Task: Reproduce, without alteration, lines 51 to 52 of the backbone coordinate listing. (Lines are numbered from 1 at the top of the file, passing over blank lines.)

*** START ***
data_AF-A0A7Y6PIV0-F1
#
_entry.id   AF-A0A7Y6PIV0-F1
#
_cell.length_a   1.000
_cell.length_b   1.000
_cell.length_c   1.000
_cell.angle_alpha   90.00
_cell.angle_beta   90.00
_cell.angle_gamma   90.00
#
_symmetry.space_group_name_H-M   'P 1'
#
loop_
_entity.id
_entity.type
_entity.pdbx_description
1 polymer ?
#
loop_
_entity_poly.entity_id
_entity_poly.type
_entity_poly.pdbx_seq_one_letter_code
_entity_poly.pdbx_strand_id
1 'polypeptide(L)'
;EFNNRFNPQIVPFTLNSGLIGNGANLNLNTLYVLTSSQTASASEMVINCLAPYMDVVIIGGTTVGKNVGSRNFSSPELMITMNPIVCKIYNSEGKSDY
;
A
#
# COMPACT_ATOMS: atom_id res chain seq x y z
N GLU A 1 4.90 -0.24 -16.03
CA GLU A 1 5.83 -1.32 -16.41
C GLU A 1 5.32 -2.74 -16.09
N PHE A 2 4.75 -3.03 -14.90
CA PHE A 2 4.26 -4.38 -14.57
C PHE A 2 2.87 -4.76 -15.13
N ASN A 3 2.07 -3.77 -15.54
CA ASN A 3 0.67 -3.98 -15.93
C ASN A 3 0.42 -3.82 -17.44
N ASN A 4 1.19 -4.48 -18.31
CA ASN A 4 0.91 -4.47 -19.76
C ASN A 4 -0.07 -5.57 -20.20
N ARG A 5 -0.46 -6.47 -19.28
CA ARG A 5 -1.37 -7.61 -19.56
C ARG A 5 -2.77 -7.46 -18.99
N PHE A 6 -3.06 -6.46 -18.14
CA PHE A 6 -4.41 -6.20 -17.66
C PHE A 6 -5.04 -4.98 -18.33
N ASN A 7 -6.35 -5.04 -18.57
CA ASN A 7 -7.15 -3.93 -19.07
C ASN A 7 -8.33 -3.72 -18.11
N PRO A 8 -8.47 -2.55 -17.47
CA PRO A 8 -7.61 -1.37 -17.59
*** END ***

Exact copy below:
C ASN A 7 -8.33 -3.72 -18.11
N PRO A 8 -8.47 -2.55 -17.47